But Wang says the website has a lot of potential because China Commodities City enjoys unique advantages by having both online and offline operations. "No online marketplace can replace offline markets. Rather than pure competitors, online markets and offline markets work more like interdependent partners."

He says that an online marketplace can only serve as a platform to bridge the information between suppliers and buyers. But to facilitate trade, information is not enough.

"You need a lot of offline services, such as logistics and customs clearance. The Yiwu market, which has decades of history as a trade hub, can offer a one-stop service for importers. This is not something that an online marketplace can do," says Wang.

Gong Chenghao, vice-manager of yiwugou, echoes that assessment, saying that the orders of trade businesses are much bigger than the sales of a retailer. "So importers are looking for suppliers who are reliable rather than those who merely have cheap products," he says.

"All of the suppliers on yiwugou are vendors who have booths in our market. So compared with e-commerce companies, which can only shut down online virtual stores if there is misconduct, our company has a much bigger say in terms of regulating our vendors' online behavior."

Many of the vendors in China Commodities City have witnessed rapidly growing online orders over the past year despite the fact that most of the orders still came from offline.

Jin Hongjin, manager of Wamar Wine Co, one of the 75,000 vendors that have set up online stores on yiwugou, says the Yiwu market can offer advantages especially when business of traditional importers is flat.

"It would be difficult for any importer if their purchase cannot fill one container. Even if the sellers are OK to sell you a half-container of products, you still need to pay for the shipping cost for the half-empty container, which would drive up the cost of importers," he says.

But in the Yiwu market, people can easily select and pick up hundreds of different products, put them in one container and ship them back to their home countries together, according to Jin.

Selling less than container loads is increasingly popular in Yiwu as importers are not confident about selling a large amount of products when their countries have been hit by an economic slowdown.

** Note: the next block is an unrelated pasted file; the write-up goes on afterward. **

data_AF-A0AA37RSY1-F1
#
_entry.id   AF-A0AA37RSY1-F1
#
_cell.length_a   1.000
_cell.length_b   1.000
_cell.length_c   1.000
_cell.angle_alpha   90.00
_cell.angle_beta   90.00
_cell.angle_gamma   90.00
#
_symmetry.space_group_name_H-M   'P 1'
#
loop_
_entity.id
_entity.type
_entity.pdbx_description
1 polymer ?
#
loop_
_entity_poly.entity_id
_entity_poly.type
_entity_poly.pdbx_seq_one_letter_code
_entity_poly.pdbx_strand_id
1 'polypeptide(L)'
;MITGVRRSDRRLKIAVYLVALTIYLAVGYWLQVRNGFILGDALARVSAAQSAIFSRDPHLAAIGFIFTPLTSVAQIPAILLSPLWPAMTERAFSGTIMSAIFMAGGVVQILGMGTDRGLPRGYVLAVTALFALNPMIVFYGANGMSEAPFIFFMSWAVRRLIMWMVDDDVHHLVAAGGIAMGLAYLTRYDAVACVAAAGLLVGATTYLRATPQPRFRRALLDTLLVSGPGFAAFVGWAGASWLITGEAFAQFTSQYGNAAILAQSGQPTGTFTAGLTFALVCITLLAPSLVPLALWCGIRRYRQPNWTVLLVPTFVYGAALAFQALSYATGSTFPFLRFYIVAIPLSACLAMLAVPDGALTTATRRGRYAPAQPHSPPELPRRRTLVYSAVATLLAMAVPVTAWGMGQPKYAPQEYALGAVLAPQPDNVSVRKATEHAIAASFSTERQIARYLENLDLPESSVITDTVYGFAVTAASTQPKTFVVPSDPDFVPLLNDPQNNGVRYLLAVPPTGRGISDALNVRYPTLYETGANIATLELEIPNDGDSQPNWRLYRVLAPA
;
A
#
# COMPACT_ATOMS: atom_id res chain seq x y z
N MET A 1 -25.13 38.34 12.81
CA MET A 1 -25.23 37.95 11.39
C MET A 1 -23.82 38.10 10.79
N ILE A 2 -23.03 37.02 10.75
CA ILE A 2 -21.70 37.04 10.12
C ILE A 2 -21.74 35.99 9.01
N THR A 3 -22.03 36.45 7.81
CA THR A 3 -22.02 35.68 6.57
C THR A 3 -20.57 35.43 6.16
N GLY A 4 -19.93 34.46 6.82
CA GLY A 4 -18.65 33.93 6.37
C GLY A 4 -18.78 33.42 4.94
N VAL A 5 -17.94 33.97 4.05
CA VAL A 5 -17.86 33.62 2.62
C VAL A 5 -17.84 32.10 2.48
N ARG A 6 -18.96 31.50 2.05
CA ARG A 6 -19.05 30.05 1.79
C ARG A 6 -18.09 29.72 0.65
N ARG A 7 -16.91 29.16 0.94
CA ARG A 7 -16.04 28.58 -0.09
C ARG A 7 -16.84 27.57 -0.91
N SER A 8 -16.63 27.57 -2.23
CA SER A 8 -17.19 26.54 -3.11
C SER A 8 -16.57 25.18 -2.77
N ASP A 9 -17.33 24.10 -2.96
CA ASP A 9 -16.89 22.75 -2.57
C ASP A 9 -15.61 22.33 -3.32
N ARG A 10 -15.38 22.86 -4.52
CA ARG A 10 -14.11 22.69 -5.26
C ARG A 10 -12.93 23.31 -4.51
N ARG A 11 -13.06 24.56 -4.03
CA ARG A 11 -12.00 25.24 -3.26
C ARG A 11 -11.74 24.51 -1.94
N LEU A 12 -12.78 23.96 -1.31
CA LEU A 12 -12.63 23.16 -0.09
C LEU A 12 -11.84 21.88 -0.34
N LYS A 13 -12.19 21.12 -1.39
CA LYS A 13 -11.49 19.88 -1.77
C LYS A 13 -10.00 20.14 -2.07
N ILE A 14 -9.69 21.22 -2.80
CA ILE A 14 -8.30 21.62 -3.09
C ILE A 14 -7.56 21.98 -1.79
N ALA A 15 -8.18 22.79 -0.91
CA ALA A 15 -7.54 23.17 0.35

The situation actually boosts Yiwu's business because the market sells close to 2 million different types of small commodities, says Chang Xiaolei, CEO of Master Base International E-Commerce Co Ltd, an Australian trade agent.

"The business model of Yiwu fits the demand of Australian importers very well because it is a country with a small population. Many of the importers cannot buy a container of one type of products," says Chang, whose company has been offering trade services to Australian importers in Yiwu for 20 years.

Chang's company is also one of the 11 global partners of yiwugou. He has invested about 10 million yuan to set up the Australian e-commerce site of yiwugou because he sees the potential of the market.

"When our website is officially launched later this year, importers will not need to visit Yiwu to make purchases, but they can still benefit from our services offline. No one can resist the business model that combines both the advantages of online and offline services," he says.

Liu Weinan, chairman of the board of Beijing Noel International Forwarding Co Ltd, which will represent yiwugou in setting up an e-commerce site in Russia, agrees, saying that many of his company's customers are interested in trying out the site.

"Market demand is not what we worry about most. We just want to focus on offering a good user experience so that Russian importers will truly rely on us as an online access to Yiwu market," he says.


(China Daily European Weekly 05/23/2014 page8)